WELLINGTON, New Zealand (AP) — A cargo ship grounded off the New Zealand coast since October has split in two, spilling sea containers and debris and sparking fears of a fresh oil spill, maritime officials said Sunday.
The wreck of the Greek-owned Rena was described as New Zealand's worst maritime environmental disaster even before the rear section of the ship, lashed by pounding seas, broke away overnight. The ship previously spilled heavy fuel oil that fouled pristine North Island beaches and killed up to 20,000 seabirds, and despite salvage efforts nearly 400 tons of oil remain onboard.
Maritime officials said the front section of the wreck remains stuck in its original position, but the stern section slipped at least 100 feet (30 meters) away from the bow and is "moving significantly," pounded by 19-foot (6-meter) swells.
"There has been a significant discharge of containers and container debris from the ship," said Maritime New Zealand spokesman Ross Henderson. He warned that the storm that split the vessel will continue for another three to four days.
The debris included timber, bags of milk powder and floating containers, all of which could begin washing ashore later Sunday.
Alex van Wijngaarden, on-scene commander for the national response team, said oil could come ashore around midnight Sunday.
"While reports at this stage indicate there has not been a significant release of oil, with the Rena in its current fragile state, a further release is likely," he said. "While it is unknown at this stage exactly how much oil may be released, teams have been mobilized and will be ready to respond to anything that may come ashore."
The Rena ran aground on Astrolabe Reef 14 miles (22 kilometers) from Tauranga Harbor on North Island on Oct. 5. Salvage crews have removed more than 1,100 tons of oil from the stricken vessel but about 385 tons remain on board — about the same amount that has already leaked into the sea.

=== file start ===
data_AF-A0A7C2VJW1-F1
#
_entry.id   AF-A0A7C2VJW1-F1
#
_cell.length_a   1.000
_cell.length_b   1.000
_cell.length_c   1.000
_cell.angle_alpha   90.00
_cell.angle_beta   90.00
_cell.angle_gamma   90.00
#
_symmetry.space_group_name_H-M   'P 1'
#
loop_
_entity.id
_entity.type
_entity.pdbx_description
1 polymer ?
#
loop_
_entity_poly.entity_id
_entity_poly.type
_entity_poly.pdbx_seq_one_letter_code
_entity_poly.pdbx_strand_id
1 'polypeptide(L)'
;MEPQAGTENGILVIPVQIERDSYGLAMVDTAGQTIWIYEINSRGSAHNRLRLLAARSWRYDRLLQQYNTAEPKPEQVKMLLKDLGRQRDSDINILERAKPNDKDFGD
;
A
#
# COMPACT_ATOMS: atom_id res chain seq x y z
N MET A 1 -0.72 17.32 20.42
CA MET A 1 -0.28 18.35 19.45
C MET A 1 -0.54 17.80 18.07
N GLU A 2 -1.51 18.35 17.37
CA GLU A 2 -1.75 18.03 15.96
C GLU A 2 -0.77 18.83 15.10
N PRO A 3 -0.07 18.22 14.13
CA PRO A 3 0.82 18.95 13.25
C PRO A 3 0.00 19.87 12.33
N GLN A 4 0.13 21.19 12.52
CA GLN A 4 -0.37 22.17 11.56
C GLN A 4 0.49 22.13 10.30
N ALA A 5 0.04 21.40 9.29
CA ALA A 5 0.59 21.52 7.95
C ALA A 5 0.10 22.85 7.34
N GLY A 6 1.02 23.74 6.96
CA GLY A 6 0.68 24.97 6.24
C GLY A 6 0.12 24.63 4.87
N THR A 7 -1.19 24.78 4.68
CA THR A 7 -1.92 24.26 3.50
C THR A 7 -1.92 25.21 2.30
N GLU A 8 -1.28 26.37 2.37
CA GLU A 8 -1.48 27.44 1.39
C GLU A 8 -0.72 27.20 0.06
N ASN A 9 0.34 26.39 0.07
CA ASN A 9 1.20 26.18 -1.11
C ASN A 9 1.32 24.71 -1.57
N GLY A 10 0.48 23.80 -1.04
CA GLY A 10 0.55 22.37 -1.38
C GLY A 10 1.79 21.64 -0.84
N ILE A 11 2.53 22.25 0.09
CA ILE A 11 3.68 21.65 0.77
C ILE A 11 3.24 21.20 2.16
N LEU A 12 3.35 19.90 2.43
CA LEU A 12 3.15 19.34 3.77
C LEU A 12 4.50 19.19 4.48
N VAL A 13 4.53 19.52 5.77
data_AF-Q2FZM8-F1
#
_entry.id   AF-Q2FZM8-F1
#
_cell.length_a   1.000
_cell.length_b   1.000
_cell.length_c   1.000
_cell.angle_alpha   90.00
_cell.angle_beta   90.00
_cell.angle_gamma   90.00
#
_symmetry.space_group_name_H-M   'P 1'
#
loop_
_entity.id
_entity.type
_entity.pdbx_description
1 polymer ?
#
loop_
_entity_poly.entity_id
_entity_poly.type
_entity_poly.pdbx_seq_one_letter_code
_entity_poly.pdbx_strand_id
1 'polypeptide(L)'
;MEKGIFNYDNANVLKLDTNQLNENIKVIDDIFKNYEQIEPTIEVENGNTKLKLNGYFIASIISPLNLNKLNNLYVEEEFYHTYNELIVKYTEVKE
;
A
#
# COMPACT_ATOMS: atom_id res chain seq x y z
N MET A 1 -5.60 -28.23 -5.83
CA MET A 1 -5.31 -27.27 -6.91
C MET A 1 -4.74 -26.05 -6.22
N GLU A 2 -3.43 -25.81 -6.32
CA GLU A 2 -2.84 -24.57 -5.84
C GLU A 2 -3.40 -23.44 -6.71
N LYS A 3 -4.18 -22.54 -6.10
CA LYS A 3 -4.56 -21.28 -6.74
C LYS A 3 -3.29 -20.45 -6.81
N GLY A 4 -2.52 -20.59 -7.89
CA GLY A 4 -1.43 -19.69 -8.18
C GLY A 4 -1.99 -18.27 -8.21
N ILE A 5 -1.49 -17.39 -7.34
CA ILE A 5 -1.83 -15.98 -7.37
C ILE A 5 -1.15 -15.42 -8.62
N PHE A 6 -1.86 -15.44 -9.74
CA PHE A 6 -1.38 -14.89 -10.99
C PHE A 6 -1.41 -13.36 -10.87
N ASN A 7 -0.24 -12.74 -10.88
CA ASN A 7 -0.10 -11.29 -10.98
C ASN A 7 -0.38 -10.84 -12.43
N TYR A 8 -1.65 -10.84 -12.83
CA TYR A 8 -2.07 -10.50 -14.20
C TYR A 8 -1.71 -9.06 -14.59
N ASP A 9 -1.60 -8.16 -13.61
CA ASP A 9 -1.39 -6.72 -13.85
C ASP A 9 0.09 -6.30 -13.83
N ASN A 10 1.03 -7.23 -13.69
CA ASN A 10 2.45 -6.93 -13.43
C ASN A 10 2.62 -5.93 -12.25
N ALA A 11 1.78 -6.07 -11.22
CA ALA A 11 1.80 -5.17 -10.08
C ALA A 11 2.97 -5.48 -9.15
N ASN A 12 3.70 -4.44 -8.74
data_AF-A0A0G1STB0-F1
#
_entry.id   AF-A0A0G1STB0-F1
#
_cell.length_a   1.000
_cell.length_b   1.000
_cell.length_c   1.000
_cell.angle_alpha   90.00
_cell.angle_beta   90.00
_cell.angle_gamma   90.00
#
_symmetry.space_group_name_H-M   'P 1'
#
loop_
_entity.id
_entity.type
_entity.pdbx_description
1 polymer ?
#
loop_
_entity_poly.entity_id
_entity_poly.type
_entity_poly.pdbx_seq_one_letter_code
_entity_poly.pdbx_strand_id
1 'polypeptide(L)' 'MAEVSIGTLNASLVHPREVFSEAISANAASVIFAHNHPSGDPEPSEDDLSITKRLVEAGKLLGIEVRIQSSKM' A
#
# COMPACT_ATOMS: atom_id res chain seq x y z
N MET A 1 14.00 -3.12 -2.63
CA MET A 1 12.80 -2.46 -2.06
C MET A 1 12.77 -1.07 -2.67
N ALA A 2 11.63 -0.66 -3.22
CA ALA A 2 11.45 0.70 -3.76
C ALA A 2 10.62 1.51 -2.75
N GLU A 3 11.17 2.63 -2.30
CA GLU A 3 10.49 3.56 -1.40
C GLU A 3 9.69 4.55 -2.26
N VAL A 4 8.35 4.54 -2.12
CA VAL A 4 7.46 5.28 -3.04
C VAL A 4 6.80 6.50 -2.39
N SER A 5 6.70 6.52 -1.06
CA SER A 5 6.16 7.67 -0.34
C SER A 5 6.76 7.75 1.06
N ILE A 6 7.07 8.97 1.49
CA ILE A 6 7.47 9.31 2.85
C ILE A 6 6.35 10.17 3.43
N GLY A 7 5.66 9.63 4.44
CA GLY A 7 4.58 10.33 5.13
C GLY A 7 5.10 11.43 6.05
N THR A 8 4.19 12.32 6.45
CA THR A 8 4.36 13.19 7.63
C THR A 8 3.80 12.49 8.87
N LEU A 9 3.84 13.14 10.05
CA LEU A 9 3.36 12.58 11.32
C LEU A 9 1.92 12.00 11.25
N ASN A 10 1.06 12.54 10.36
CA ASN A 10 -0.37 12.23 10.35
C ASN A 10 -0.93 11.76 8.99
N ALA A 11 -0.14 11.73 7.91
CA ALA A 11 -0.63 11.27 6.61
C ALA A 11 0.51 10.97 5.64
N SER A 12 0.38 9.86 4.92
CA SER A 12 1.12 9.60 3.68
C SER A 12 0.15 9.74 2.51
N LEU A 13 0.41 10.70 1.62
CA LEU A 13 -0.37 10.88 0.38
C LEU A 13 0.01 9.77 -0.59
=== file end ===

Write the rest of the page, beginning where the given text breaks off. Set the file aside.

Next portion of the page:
The crews have plucked 389 of the ship's 1,370 loaded cargo containers from its decks since it ran aground, while some 98 have been washed over board in the past three months.
At least 23 containers were lost from the ship when it broke apart, and more were likely to be lost, said David Billington, a salvage unit manager for Maritime New Zealand.
One eyewitness, Warwick Roberts, said the rear section was sliding along the reef.
The "stern has reared up and center section is not visible. Large breaking waves observed on bow," he told the New Zealand Herald website.
A two-mile (three-kilometer) no-go zone is in force around the wreck.
Investigations by The Associated Press last month revealed that Australian authorities impounded the vessel, but released it the next day after Liberian maritime authorities intervened, essentially saying the ship was safe to sail and the problems could be fixed later. The Rena, like many ships, is registered in Liberia.
Some 10 weeks later, the Rena ran full-steam into a well-marked reef off the coast of New Zealand. It's not clear whether the previously identified problems played any role.
The captain and Rena's navigating officer face criminal charges of operating a ship in a dangerous or risky manner, polluting the environment and altering the ship's documents after the crash.